1949 BSA Bantam
The Town Moto July window bike is definitely worth dropping by to check out. This 1949 BSA Bantam is a little slice of motorcycling history. The Bantam is based on a German motorcycle from DKW whose engineering designs were forfeited to the allies as a result of World War 2 reparations. BSA did a mirror image of the gearbox that places the controls on the right side as with other British motorcycles of that time. Harley Davidson also made a bike called the Harley Hummer that used the same engine.
The Bantam was available only in "mist green" and sold for £60 plus tax. While the frame and other components of the Bantam evolved over it's life, the engine stayed completely unchanged for the entire 23 years of production.
This motorcycle is owned by our friend Chris who told us about some of sleuthing that he has done on this relic. The head on the motor appears to be a Trials head with a compression release. Somebody has also rigged in a switch from a bus on the headlight as well as a pedal from a bicycle for the kick starter. The fuel cap has a neat little container for mixing oil for the two-stroke engine (two measures of oil for every gallon of petrol).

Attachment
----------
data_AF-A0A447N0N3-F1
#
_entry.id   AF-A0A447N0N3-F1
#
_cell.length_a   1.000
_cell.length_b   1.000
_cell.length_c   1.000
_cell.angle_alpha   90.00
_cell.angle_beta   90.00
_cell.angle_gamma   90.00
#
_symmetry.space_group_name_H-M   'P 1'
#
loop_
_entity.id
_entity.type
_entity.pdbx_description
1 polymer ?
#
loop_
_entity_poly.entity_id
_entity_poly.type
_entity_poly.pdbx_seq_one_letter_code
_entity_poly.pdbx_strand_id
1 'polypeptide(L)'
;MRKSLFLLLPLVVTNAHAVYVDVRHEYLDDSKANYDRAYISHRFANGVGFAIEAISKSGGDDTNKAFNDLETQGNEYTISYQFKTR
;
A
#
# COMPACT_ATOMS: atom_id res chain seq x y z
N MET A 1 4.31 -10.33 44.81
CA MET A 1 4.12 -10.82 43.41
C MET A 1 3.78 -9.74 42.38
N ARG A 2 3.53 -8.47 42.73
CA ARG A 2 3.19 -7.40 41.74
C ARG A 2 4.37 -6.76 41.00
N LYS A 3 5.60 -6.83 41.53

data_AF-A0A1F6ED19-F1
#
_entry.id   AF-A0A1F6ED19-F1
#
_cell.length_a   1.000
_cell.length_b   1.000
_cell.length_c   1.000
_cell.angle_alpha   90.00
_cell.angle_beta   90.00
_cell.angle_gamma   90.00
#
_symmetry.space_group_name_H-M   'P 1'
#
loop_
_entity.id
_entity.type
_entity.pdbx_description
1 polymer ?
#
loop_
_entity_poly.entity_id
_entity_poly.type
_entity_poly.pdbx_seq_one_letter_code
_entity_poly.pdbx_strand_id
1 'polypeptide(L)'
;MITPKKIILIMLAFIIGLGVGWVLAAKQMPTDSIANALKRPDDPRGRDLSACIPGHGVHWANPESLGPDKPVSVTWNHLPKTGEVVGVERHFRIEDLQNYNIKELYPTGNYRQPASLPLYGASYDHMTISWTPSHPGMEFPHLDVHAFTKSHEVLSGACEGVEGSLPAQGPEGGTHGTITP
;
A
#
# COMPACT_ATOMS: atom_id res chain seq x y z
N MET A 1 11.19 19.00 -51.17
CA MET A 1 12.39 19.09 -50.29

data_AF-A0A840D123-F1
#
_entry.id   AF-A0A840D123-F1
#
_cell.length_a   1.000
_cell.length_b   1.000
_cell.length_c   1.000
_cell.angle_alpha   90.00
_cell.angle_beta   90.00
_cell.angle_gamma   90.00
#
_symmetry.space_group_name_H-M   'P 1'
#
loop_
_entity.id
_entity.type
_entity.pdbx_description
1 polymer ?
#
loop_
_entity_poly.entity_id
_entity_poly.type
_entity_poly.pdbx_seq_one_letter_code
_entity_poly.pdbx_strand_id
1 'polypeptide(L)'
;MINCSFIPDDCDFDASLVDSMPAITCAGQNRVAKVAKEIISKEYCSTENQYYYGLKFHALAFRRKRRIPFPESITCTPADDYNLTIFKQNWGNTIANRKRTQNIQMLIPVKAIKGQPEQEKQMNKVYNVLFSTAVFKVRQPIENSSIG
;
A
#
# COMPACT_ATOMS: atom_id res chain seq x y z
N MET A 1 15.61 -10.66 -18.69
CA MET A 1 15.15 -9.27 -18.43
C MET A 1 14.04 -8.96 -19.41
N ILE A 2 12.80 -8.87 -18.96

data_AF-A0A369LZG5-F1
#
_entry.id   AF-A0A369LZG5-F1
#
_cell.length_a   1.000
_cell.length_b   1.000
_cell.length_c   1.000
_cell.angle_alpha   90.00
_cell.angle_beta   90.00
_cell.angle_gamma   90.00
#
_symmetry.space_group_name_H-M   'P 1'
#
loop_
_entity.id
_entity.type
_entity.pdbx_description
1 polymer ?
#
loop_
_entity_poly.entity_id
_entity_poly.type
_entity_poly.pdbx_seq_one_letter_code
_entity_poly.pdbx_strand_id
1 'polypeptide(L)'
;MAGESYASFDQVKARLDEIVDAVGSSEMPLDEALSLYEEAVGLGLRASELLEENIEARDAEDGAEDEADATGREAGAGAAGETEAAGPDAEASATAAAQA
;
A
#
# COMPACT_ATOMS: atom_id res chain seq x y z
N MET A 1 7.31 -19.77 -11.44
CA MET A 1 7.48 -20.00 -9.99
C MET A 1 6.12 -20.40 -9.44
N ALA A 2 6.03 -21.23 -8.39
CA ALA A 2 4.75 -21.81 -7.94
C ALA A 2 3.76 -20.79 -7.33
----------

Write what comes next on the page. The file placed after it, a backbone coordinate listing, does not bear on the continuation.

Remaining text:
For those who don't know, BSA stands for Birmingham Small Arms. The company got it's start producing firearms. At its peak, BSA was the largest motorcycle manufacturer in the world, and the Bantam remains as BSA's most iconic product.
What is the fate of this motorcycle? A restoration, a cleanup, or leave it as is... Ask Chris and he'll interrupt you mid-question with "I don't know."